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The Small House at Allington by  Anthony Trollope - First Edition - 1864 - from Kayleighbug Books and Biblio.com

The Small House at Allington

by Trollope, Anthony

Condition: Good/No Jacket


New York: Harper & Brothers, 1864. Hardcover. Good/No Jacket. 273 two-columned pages + ads; original brown cloth, blind stamped, gilt lettering on spine somewhat rubbed; lower edge of backstrip is chipped, cloth frayed or rubbed heavily at edges, corners bumped hard; First American Edition; interior clean but for some slight dampstain at top edge near spine; binding is firm; Lily Dale, the bewitching heroine of The Small House at Allington, so endeared herself to the novel's first readers that they bombarded Trollope with letters begging him to give her story a happy ending. Lily is the niece of Squire Dale, an embittered old bachelor entrenched in the 'Great House' at Allington. His sister-in-law lives at the adjacent 'Small House' with her two daughters Lily and Bell, and the romantic entanglements of the two girls, and relations between the two houses, lie at the heart of the novel. The memorable cast of characters includes Sir Raffle Buffle, the bullying head of a government department, the heartless Lady Dumbello, and the shallow Adolphus Crosbie, who gets his just deserts in the form of the frigid Lady Alexandrina de Courcy. In what was to become the fifth of the six Barsetshire novels, Trollope develops his characteristic theme of the invasion of a pastoral, conservative world by brash and progressive forces from London. Gracious country living, with croquet and tea on the lawn, is vividly contrasted with the cut and thrust of London life in the 1860s.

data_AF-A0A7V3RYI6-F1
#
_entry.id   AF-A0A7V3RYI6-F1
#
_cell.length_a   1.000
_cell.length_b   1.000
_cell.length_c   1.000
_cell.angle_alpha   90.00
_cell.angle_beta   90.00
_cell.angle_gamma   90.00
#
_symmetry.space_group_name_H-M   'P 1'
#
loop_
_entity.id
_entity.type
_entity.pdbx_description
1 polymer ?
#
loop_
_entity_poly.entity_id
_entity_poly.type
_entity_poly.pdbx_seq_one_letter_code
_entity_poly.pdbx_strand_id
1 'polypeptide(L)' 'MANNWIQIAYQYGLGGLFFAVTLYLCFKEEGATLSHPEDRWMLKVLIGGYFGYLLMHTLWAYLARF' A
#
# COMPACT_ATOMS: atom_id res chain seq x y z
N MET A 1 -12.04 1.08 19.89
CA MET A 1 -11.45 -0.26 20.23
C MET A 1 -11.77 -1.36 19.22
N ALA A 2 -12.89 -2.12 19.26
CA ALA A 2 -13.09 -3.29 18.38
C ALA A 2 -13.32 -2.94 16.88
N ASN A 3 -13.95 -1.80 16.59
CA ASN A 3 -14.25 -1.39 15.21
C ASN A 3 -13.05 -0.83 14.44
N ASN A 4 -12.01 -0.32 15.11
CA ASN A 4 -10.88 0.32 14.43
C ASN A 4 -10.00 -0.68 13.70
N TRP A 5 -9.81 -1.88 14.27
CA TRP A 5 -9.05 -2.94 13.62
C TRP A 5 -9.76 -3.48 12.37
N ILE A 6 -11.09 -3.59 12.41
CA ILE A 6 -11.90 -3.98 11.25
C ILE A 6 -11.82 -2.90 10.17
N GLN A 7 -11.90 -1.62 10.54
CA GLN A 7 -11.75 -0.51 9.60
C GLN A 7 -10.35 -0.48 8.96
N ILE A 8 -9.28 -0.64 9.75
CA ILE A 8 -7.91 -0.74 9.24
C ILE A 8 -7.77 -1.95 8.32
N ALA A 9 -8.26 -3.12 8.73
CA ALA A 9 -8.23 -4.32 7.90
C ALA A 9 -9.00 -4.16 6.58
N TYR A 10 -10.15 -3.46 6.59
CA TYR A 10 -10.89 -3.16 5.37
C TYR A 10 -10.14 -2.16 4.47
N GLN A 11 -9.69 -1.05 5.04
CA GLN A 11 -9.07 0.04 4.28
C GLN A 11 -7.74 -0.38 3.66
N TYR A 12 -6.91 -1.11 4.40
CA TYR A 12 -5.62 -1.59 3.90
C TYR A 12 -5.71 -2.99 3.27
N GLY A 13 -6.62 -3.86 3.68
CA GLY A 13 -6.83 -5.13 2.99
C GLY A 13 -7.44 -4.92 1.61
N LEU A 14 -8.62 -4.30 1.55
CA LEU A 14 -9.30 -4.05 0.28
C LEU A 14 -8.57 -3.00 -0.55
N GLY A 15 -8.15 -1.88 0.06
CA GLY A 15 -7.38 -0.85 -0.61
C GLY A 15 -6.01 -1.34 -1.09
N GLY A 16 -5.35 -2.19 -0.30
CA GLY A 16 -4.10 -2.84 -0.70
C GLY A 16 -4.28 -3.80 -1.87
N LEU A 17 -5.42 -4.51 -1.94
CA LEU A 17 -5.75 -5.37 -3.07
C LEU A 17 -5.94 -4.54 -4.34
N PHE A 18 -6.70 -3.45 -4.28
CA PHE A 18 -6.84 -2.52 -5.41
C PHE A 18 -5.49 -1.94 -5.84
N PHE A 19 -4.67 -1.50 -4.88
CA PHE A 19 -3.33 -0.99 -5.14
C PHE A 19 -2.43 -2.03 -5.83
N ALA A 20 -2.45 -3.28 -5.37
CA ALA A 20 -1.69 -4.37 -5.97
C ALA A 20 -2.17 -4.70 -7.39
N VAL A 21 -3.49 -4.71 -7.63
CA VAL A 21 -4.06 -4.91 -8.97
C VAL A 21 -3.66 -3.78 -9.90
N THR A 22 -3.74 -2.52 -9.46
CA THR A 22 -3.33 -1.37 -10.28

Anthony Trollope (1815-1882) was born in London to a bankrupt barrister father and a mother who, as a well-known writer, supported the family. Trollope enjoyed considerable acclaim both as a novelist and as a senior civil servant in the Post Office. He published more than forty novels and many short stories that are regarded by some as among the greatest of nineteenth-century fiction.



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